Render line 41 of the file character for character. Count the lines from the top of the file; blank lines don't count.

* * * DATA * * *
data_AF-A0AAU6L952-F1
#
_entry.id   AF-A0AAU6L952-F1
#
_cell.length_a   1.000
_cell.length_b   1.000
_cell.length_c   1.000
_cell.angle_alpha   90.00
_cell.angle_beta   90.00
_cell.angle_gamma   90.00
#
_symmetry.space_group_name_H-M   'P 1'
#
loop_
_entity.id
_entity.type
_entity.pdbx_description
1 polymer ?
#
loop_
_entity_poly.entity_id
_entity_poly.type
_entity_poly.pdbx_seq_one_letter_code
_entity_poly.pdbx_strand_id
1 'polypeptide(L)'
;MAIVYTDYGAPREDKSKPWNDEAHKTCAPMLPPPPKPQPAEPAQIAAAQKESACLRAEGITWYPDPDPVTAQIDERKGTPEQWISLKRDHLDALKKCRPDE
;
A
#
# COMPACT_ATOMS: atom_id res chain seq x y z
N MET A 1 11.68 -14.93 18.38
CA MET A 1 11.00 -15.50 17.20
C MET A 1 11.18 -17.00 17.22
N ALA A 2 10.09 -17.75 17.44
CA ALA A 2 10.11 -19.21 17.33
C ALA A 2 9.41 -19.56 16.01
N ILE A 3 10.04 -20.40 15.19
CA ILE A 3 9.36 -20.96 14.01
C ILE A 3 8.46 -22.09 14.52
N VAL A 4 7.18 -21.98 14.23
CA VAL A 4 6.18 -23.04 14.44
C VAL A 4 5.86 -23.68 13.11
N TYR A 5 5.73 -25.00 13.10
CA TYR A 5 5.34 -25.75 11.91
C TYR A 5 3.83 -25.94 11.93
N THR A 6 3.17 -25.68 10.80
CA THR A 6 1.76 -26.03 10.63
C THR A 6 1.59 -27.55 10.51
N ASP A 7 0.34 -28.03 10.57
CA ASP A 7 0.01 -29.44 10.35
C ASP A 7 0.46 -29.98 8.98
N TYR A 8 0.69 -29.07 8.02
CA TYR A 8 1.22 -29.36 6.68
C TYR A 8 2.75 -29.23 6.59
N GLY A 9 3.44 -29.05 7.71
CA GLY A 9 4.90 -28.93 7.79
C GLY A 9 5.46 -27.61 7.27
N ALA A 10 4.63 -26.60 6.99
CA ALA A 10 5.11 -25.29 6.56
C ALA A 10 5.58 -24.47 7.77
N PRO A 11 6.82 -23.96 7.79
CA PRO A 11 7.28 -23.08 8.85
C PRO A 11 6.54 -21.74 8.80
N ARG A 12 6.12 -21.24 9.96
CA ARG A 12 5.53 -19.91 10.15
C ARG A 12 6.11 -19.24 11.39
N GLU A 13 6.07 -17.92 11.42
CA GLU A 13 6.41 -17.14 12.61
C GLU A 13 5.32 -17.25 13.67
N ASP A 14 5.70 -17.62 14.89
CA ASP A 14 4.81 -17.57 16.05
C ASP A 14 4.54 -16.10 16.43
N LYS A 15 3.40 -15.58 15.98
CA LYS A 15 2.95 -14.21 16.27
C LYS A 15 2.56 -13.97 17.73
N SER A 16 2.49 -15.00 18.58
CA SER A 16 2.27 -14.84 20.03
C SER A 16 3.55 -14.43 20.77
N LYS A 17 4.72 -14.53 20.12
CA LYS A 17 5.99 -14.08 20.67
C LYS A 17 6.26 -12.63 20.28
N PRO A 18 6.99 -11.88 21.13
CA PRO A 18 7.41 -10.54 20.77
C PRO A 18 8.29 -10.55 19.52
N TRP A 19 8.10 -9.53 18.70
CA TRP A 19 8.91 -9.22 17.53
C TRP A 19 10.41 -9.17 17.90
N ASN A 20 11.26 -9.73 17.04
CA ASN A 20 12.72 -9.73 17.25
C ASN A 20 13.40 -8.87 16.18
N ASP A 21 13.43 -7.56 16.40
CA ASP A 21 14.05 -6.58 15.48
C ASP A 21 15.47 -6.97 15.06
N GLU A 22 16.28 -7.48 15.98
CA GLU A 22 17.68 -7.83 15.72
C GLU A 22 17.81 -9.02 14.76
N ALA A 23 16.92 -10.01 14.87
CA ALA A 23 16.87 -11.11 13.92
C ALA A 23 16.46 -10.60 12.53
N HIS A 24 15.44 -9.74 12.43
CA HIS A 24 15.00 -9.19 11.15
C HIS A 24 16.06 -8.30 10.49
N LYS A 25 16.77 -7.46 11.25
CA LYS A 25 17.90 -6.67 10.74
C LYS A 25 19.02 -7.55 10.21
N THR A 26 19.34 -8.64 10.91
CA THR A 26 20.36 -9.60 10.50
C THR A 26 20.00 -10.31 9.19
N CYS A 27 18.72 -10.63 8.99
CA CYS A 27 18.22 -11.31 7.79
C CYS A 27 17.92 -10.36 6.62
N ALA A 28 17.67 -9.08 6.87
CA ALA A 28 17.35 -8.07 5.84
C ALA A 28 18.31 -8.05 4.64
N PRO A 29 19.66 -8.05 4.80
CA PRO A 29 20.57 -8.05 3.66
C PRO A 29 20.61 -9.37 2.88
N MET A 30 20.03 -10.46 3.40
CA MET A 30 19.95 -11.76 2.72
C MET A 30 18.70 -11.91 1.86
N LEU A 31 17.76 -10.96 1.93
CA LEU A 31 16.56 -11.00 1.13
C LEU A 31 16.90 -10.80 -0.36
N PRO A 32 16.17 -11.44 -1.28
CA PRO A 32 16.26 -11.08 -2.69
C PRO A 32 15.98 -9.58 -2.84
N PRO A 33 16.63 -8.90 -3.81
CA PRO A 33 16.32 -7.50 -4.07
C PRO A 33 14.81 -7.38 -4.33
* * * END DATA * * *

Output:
CA VAL A 4 6.18 -23.04 14.44